Sex, Politics and Empire: A Postcolonial Geography
Manchester University Press, 30 avr. 2006 - 254 pages
Colonial governments, institutions and companies recognised that in many ways the effective operation of the Empire depended upon sexual arrangements. For example, nuclear families serving agricultural colonization, and prostitutes working for single men who powered armies and plantations, mines and bureaucracies. For this reason they devised elaborate systems of sexual governance, such as attending to marriage and the family. However, they also devoted disproportionate energy to marking and policing the sexual margins.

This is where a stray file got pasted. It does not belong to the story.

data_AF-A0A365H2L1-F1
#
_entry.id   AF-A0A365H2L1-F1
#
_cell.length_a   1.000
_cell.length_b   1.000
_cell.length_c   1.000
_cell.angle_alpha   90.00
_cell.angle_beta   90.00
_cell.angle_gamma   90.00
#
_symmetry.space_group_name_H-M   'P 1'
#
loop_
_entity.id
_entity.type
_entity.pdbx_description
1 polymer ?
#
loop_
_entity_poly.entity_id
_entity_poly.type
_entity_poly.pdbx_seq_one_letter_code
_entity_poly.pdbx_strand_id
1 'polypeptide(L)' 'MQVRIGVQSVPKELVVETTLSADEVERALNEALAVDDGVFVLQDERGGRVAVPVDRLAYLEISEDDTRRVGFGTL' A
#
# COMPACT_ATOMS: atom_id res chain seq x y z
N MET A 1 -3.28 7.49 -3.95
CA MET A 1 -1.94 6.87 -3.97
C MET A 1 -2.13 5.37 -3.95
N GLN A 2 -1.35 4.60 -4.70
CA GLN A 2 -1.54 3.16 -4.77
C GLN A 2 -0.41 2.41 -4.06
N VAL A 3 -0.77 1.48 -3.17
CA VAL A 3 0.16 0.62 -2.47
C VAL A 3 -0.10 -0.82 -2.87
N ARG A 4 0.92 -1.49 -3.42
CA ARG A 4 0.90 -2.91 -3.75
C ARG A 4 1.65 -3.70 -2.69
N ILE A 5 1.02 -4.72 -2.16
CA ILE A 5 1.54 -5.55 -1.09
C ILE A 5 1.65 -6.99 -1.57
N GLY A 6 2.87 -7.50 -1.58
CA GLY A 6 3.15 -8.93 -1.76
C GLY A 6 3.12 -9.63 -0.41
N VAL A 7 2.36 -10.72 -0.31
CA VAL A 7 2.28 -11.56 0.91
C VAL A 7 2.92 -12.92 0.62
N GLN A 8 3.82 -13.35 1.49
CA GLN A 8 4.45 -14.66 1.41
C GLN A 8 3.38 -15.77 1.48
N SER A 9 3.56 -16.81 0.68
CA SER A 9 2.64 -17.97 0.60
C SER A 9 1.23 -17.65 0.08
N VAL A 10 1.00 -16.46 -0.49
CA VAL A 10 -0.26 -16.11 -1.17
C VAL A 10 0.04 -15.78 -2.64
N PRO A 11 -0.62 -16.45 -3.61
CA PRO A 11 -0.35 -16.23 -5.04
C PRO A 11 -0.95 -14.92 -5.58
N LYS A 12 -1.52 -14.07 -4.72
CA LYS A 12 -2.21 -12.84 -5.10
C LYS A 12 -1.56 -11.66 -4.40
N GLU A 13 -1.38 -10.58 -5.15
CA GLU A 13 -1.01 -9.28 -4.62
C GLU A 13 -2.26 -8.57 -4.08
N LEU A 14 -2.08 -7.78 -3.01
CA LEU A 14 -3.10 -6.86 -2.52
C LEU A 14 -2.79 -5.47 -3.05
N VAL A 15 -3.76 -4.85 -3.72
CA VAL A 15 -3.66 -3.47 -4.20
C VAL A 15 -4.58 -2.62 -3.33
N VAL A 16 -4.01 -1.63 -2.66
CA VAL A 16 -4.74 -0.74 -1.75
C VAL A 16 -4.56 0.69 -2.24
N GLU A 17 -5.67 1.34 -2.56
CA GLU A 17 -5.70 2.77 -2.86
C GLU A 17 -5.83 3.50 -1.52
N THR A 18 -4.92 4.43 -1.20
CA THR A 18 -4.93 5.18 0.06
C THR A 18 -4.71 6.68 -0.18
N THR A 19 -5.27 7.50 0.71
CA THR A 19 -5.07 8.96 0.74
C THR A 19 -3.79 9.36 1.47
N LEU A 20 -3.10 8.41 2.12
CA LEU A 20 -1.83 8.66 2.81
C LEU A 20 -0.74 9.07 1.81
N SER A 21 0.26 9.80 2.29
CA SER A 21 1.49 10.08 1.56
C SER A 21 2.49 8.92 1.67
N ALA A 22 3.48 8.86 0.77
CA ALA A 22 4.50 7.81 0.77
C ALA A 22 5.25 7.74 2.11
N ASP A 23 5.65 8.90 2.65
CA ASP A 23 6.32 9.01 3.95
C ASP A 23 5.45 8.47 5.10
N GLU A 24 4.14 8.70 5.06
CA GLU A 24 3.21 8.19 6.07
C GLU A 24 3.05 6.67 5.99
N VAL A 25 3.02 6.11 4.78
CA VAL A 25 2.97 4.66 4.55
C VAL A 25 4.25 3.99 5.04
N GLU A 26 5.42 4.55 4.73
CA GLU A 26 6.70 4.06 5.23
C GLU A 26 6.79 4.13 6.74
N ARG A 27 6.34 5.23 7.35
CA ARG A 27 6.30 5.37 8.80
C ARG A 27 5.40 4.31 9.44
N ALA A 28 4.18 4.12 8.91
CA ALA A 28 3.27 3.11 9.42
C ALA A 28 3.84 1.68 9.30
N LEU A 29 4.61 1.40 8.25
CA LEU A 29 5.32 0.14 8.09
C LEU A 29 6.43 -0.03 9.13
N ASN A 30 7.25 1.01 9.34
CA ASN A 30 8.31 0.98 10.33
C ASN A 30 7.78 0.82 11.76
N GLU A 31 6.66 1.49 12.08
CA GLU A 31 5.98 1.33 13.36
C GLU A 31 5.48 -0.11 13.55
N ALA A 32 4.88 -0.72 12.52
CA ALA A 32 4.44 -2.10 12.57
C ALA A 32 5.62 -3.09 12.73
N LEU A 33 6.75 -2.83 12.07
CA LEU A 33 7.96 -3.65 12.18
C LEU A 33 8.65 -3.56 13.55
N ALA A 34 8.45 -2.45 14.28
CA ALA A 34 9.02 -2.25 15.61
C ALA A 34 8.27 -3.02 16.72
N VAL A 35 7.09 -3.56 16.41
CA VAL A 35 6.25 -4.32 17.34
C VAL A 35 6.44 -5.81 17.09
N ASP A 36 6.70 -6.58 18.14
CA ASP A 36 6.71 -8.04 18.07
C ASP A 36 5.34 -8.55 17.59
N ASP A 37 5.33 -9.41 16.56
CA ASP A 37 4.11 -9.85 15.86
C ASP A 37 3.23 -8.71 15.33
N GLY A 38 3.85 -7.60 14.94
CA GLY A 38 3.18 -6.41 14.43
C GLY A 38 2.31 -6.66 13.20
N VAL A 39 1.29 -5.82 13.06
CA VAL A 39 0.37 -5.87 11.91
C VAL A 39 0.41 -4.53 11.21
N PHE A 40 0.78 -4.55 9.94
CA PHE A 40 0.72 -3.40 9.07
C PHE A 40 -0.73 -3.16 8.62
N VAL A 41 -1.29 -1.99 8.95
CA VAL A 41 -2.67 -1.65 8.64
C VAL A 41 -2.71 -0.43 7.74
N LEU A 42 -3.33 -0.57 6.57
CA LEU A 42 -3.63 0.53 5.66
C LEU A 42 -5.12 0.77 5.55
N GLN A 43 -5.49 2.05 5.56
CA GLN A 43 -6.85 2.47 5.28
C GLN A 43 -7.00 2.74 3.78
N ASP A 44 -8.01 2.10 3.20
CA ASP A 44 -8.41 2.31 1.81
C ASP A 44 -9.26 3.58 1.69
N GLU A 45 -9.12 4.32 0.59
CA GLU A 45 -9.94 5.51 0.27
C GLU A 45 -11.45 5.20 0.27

In Sex, Politics and Empire, Richard Phillips investigates controversies surrounding prostitution, homosexuality and the age of consent in the British Empire, and revolutionises our notions about the importance of sex as a nexus of imperial power relations.
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